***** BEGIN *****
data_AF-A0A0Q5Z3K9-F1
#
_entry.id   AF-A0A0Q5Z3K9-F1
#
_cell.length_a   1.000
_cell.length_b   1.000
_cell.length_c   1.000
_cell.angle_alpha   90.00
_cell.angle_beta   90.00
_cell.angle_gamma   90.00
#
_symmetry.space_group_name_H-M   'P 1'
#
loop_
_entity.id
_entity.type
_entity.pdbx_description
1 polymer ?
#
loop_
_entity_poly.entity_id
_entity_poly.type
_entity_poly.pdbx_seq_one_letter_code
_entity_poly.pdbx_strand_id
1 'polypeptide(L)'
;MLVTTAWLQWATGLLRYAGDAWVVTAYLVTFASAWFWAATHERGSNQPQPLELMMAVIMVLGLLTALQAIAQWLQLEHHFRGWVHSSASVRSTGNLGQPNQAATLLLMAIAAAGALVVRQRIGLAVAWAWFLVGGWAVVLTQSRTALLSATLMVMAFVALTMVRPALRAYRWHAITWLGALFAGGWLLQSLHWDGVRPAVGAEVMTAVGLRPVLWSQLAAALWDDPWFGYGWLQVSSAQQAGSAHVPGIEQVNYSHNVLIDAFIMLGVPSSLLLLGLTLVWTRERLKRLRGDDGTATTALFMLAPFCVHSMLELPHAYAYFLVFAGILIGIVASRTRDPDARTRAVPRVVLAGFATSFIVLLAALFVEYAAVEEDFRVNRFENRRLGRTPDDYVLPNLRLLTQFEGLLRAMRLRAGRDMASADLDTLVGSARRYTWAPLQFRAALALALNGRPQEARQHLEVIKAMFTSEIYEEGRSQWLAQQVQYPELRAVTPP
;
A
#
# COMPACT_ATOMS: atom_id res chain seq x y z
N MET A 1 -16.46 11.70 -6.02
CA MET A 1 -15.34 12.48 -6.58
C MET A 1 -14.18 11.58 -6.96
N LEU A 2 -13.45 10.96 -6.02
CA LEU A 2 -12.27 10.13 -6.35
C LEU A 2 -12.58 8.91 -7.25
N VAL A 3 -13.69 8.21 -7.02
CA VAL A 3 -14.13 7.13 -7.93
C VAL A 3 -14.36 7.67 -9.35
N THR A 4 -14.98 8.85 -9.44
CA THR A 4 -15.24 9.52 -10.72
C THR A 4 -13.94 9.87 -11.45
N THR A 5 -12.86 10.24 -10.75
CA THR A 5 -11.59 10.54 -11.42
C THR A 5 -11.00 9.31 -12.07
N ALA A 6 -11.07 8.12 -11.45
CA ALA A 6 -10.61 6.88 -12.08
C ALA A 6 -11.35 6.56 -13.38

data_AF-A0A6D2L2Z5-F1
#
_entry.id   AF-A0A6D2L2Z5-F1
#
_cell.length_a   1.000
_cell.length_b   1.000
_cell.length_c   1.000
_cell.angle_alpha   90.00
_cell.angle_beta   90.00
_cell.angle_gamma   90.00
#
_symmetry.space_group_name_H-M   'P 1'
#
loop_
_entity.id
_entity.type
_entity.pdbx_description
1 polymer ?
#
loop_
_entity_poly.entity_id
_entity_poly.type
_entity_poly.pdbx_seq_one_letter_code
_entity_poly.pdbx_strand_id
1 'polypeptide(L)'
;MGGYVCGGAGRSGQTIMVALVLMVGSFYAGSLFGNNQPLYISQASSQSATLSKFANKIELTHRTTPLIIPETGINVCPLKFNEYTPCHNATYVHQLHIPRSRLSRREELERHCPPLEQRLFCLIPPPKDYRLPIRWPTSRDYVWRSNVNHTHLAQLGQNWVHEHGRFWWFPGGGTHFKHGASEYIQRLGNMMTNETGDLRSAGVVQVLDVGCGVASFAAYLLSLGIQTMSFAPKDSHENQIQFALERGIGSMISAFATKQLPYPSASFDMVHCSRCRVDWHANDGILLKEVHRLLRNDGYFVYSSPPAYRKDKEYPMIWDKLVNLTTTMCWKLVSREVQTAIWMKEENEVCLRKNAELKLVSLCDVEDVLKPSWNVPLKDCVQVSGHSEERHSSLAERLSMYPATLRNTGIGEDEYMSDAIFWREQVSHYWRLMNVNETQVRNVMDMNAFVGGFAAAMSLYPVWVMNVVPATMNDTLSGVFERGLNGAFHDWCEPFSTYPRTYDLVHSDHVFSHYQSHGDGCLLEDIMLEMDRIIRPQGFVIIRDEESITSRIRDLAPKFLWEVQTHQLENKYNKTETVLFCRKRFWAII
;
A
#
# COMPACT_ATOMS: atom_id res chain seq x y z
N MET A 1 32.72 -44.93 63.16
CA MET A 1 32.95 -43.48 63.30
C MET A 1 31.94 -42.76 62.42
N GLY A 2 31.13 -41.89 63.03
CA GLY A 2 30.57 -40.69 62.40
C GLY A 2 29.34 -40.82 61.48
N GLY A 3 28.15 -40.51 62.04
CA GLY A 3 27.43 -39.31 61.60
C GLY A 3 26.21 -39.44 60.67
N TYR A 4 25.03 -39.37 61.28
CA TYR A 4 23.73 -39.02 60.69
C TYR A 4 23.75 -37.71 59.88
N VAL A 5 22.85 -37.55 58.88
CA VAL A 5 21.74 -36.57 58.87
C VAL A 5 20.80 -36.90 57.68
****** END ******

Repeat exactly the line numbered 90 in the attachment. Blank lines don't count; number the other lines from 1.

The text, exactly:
C TYR A 4 23.75 -37.71 59.88